SPAR has just announced a new partnership with Deliveroo. According to the retailer, this will ‘provide shoppers with more choice and access to essential items from SPAR stores nationwide, delivered to their door by Deliveroo in as little as 20 minutes’. This new collaboration gives SPAR the opportunity to meet rising consumer demand for on-demand delivery. In March, WHSmith also partnered with Deliveroo to deliver 600 of its products to customers in 20 minutes. Sean Toal, managing director at WHSmith High Street, said: “We’re always exploring new ways to delight our customers both in-store and online by providing them with an exceptional shopping experience. This trial will complement our existing offer and enable our customers to receive the products that they want and need from us as fast as possible from their local store direct to their door.” For Deliveroo, this marked the first significant step into delivering general merchandise. In May, Tesco announced that it had struck a deal with Uber to expand its grocery delivery service, also showing its keenness to cash in on the demand for rapid delivery which grew during the pandemic. Alex Troughton from Uber Eats UK said: "It's clear that the needs of businesses and consumers have been rapidly evolving in recent years and that trend is accelerating. This exciting new partnership will harness the best of Uber's technology to power superfast Tesco deliveries across the UK."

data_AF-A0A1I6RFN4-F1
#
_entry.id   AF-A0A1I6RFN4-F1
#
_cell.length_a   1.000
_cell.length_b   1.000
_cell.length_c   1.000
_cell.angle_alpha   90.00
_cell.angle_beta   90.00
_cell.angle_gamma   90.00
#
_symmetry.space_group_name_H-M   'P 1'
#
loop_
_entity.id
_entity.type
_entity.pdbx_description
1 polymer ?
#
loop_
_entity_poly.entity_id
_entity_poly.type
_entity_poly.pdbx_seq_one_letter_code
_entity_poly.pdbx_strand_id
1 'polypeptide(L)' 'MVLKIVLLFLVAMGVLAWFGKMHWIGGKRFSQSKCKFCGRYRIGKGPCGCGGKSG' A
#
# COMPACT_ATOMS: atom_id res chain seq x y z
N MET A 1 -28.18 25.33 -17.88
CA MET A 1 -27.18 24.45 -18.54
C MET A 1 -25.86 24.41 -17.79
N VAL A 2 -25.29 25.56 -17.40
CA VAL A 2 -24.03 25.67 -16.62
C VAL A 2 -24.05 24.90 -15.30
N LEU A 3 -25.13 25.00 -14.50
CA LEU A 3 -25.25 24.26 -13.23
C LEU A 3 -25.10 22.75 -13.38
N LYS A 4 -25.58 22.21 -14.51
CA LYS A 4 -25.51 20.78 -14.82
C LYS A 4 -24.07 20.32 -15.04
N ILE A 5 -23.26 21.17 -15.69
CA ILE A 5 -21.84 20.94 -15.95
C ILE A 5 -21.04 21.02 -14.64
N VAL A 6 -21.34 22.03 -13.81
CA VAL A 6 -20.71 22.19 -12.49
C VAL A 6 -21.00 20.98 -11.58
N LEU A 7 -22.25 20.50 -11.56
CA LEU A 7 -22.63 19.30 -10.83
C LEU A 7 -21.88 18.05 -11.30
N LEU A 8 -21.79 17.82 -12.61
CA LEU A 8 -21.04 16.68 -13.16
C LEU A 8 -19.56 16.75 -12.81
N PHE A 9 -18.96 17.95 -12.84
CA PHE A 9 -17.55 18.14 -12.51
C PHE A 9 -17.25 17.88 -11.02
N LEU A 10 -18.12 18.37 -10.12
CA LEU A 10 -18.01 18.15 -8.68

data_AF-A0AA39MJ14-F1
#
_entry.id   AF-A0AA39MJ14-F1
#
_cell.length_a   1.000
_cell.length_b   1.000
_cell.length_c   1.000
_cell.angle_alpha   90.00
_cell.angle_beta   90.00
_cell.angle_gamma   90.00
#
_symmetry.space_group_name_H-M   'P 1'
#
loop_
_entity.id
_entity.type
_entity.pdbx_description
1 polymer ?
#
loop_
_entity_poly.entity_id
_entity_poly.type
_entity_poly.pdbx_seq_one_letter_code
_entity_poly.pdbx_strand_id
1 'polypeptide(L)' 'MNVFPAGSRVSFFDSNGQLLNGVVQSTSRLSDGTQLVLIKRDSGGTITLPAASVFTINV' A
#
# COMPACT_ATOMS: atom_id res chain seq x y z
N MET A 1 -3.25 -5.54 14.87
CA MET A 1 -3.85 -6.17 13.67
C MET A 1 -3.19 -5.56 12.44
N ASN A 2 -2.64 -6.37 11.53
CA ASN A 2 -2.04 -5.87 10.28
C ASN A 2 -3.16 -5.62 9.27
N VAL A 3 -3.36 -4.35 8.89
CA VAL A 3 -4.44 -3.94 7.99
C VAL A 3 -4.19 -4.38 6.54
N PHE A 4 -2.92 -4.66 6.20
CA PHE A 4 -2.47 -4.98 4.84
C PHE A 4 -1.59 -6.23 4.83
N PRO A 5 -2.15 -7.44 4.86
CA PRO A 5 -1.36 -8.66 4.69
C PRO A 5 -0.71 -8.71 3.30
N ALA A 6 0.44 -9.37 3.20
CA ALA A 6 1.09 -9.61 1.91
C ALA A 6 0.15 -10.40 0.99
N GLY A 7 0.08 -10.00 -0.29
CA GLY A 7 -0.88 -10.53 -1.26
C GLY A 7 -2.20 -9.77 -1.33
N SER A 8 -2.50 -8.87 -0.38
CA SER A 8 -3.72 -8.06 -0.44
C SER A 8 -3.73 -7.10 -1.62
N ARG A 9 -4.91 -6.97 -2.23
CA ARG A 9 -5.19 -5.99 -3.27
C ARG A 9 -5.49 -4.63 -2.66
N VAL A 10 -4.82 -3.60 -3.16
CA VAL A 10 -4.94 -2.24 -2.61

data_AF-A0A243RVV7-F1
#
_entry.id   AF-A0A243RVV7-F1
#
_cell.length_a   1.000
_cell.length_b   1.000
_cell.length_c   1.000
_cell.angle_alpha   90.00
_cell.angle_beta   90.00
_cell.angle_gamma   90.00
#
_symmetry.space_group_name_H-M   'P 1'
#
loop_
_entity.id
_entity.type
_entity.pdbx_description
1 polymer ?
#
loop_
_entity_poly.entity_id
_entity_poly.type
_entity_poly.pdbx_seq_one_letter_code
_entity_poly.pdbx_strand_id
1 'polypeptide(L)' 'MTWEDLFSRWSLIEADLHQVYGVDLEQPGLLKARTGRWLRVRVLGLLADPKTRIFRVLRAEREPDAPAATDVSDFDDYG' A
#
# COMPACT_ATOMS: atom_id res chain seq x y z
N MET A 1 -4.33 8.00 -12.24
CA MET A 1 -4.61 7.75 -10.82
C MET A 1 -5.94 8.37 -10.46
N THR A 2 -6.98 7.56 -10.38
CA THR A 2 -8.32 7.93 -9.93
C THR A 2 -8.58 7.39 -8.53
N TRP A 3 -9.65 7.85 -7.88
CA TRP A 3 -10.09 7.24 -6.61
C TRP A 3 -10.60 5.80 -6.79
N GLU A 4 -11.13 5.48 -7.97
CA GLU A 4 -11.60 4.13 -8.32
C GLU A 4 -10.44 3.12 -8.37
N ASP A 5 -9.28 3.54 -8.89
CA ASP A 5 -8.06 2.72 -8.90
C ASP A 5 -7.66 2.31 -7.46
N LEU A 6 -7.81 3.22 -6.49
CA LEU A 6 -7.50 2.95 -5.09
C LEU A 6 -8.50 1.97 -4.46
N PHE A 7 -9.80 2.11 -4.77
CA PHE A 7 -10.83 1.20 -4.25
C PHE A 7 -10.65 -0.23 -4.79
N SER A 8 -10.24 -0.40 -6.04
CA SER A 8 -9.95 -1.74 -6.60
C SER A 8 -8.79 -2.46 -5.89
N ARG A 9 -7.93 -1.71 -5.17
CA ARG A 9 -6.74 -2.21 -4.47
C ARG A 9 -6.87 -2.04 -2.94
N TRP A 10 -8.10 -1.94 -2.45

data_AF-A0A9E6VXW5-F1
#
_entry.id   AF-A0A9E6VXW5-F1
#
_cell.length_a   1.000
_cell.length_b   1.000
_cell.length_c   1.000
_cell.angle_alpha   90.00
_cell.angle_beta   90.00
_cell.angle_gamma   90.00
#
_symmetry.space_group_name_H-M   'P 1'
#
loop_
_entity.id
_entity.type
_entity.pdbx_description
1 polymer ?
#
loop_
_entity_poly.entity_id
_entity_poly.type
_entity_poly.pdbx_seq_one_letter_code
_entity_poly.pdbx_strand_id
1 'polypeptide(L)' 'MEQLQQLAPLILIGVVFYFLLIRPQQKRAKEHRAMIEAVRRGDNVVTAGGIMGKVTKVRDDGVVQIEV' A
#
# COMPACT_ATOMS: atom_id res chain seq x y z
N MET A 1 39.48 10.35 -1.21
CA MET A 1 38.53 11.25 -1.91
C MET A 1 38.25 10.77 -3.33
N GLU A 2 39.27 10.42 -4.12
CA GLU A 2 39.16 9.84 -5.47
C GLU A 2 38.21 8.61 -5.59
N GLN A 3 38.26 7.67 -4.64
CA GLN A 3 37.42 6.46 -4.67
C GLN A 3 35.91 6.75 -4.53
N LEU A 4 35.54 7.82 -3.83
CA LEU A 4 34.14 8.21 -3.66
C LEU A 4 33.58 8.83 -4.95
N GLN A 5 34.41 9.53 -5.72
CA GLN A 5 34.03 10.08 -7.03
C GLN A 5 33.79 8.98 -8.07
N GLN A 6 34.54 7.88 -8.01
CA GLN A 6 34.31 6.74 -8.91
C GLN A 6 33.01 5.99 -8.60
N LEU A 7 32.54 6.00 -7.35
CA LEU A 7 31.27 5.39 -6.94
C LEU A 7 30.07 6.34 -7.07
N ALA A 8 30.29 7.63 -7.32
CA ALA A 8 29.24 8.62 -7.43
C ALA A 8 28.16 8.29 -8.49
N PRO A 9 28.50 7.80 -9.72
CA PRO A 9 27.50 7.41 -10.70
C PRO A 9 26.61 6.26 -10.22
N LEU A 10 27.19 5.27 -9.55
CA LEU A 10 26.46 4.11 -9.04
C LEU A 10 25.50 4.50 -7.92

In March, Bestway struck a deal with Iceland to supply Co-op own label into its Swift convenience stores which resembles Bestway’s relationship with Costcutter, in which supply of the range is conducted through Nisa. The initiative came as Iceland looked to shift its focus from its core supermarket estate. A Bestway spokesperson said: “This is a strong, collaborative supply agreement and we are pleased to be offering our convenience expertise and guidance in respect of the range, layout, and location.” In March, Honda and Sony formed a company as part of a joint venture, combining their expertise to build electric cars and giving them a competitive advantage.